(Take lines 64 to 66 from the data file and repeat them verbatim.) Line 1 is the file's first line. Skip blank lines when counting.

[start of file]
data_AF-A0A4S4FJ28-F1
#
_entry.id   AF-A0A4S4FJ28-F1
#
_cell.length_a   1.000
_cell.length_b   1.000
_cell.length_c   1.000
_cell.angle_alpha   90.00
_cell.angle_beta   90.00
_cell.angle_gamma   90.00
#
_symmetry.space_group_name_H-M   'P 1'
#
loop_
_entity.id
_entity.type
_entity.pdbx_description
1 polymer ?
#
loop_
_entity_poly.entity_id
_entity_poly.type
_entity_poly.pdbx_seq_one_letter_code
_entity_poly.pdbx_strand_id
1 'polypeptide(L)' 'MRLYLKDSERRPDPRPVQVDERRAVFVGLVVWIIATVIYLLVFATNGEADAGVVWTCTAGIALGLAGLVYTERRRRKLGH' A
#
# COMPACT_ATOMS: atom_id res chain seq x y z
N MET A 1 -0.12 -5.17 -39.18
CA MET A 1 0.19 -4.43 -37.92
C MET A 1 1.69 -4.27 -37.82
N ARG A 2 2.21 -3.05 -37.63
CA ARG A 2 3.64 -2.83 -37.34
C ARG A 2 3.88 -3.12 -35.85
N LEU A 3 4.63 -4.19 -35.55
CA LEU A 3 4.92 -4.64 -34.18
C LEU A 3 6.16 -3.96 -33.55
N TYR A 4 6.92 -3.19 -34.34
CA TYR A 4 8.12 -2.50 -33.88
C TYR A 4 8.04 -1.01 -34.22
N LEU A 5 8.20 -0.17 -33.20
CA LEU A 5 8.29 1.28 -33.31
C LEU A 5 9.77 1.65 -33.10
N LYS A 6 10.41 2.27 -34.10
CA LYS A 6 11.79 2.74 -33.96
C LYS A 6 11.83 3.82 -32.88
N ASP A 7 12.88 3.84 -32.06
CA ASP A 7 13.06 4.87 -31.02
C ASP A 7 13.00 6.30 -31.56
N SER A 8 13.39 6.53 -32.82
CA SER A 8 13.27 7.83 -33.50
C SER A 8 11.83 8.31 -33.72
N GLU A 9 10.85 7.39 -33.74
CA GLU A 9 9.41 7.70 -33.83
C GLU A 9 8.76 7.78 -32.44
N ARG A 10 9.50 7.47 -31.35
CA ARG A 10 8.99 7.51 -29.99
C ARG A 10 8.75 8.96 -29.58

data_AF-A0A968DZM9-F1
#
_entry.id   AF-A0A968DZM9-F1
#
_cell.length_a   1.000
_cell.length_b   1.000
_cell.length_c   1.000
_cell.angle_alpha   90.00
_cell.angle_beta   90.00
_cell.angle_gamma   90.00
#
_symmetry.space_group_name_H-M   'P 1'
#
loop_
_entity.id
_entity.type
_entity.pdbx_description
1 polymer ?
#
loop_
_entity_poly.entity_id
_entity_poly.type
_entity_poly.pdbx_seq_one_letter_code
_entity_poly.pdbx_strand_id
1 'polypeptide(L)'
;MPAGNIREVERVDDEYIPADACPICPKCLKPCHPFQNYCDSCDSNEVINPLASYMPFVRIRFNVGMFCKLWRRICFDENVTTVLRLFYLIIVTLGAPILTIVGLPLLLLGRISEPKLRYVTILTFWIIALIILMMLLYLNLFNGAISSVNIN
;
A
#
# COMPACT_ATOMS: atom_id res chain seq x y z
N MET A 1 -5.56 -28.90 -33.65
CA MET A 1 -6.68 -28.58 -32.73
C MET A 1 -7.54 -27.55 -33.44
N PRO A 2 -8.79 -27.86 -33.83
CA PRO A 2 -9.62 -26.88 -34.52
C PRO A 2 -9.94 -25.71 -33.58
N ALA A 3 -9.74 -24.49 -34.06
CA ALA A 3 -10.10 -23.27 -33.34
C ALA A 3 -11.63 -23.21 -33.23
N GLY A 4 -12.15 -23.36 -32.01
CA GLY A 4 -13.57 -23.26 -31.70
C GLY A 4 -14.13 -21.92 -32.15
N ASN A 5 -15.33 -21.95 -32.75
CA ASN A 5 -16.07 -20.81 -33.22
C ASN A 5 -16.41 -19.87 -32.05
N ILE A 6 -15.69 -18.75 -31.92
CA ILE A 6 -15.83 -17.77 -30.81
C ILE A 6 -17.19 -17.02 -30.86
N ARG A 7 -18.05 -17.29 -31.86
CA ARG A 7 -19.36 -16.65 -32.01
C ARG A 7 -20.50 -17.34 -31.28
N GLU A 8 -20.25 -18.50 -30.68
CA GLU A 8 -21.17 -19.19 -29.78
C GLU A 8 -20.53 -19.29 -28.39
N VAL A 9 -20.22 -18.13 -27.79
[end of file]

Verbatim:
_cell.length_c   1.000
_cell.angle_alpha   90.00
_cell.angle_beta   90.00